Please use this identifier to cite or link to this item: http://hdl.handle.net/2440/53268
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Type: Journal article
Title: Effect of exenatide on gastric emptying and relationship to postprandial glycemia in type 2 diabetes
Author: Linnebjerg, H.
Park, S.
Kothare, P.
Trautmann, M.
Mace, K.
Fineman, M.
Wilding, I.
Nauck, M.
Horowitz, M.
Citation: Regulatory Peptides, 2008; 151(1-3):123-129
Publisher: Elsevier Science BV
Issue Date: 2008
ISSN: 0167-0115
1873-1686
Statement of
Responsibility: 
Helle Linnebjerg, Soomin Park, Prajakti A. Kothare, Michael E. Trautmann, Kenneth Mace, Mark Fineman, Ian Wilding, Michael Nauck and Michael Horowitz
Abstract: OBJECTIVES: To evaluate the effect of exenatide on gastric emptying (GE) in type 2 diabetes using scintigraphy. METHODS: Seventeen subjects with type 2 diabetes participated in a randomized, single-blind, 3-period, crossover study. In each 5-day period, 5 or 10 microg exenatide or placebo was administered subcutaneously BID. Oral antidiabetic treatments were continued. The presence of cardiac autonomic neuropathy was assessed during screening. On day 5, after the morning dose, subjects consumed a 450-kcal breakfast containing (99m)Tc-labeled eggs and (111)In-labeled water, and GE was measured by scintigraphy. Plasma glucose and insulin, perceptions of appetite, and plasma exenatide were also quantified. RESULTS: Exenatide slowed GE of both solid and liquid meal components [solid (T(50)(90% confidence interval [CI]); placebo, 60(50-70) min; 5 microg exenatide, 111(94-132) min; 10 microg exenatide, 169(143-201) min; both P<0.01); liquid (T(50)(90% CI), placebo, 34(25-46) min; 5 microg exenatide, 87(65-117) min; 10 microg exenatide, 114(85-154) min; both P<0.01)]. GE was not different between subjects with cardiac autonomic neuropathy (n=7), compared with those without (n=10) (P>/=0.68). Exenatide reduced postprandial glucose (area under the curve [AUC((0-6 h))]) by 69-76% and peak insulin (C(max)) by 84-86% compared with placebo. There was an inverse relationship between the postprandial rise in glucose (AUC((0-3 h))) and GE (solid T(50), r=-0.49, P<0.001). CONCLUSIONS: Exenatide slows GE substantially in type 2 diabetes, which could be an important mechanism contributing to the beneficial effect of exenatide on postprandial glycemia.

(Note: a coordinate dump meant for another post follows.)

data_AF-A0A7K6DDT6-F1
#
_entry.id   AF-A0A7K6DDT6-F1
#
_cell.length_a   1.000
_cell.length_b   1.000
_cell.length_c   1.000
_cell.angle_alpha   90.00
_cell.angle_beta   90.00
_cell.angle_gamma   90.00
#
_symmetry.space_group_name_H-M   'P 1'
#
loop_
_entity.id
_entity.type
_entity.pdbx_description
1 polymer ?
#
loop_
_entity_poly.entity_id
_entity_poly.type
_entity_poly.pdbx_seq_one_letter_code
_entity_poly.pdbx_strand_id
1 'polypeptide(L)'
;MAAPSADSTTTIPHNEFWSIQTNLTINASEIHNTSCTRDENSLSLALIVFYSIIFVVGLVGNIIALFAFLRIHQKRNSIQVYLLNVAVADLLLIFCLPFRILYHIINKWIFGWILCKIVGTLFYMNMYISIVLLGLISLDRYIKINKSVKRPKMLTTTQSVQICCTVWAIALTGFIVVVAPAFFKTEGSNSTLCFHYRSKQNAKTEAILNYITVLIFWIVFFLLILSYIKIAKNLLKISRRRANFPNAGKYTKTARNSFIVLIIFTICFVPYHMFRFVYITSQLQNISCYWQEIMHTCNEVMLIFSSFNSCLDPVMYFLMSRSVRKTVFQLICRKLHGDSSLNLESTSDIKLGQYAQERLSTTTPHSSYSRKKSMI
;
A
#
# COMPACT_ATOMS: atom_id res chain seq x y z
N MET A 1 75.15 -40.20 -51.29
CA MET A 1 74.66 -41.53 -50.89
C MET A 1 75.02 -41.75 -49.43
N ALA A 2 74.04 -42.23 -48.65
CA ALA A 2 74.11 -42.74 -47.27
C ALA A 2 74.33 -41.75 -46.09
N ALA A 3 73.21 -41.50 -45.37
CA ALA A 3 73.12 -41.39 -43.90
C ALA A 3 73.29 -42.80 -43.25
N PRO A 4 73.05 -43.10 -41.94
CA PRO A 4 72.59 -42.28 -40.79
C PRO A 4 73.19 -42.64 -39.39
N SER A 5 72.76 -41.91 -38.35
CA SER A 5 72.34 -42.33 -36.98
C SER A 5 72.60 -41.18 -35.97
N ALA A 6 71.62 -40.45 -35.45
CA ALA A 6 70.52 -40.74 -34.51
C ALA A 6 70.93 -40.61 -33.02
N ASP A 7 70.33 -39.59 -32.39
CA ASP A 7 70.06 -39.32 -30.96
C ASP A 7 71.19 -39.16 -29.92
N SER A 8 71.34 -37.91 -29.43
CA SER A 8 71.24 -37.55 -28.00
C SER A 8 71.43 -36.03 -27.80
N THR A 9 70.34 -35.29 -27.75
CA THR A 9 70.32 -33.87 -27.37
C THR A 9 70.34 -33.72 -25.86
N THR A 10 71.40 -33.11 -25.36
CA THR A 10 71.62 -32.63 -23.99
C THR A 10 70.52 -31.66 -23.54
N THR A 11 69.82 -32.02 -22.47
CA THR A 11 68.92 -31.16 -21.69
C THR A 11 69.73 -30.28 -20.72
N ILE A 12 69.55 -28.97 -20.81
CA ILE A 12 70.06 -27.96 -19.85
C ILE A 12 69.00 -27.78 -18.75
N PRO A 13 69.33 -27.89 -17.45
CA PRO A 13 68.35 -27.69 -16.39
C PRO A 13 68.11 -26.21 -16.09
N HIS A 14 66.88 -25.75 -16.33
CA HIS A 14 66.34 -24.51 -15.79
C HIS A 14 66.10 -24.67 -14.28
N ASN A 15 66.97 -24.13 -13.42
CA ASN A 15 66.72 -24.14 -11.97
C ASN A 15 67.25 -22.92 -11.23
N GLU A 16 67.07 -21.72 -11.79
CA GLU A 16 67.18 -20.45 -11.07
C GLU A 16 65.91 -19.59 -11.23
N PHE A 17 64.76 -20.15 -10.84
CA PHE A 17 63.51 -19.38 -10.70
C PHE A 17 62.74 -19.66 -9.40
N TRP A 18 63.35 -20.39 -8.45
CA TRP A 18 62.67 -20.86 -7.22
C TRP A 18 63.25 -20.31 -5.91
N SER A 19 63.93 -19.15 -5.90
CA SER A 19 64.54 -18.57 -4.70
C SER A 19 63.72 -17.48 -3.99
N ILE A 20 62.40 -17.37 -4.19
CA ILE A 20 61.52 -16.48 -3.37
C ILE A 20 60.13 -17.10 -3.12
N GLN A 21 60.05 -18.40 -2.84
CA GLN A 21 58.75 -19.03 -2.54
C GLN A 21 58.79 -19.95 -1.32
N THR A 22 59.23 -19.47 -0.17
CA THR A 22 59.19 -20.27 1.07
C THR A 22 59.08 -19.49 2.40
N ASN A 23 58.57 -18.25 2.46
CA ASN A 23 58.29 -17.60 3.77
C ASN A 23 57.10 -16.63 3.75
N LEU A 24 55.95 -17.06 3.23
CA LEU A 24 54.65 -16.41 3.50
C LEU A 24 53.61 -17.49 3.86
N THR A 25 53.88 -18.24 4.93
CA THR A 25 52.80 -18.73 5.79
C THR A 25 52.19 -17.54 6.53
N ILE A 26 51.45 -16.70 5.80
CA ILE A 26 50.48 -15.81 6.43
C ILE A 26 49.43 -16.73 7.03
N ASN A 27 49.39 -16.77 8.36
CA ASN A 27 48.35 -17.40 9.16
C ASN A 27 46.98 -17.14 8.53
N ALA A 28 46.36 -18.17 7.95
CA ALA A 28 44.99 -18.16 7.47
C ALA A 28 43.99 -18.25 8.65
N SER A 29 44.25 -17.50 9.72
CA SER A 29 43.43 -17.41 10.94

Keywords: Diabetes; Gastric emptying; Exenatide; Scintigraphy
RMID: 0020083668
DOI: 10.1016/j.regpep.2008.07.003
Appears in Collections:Medicine publications

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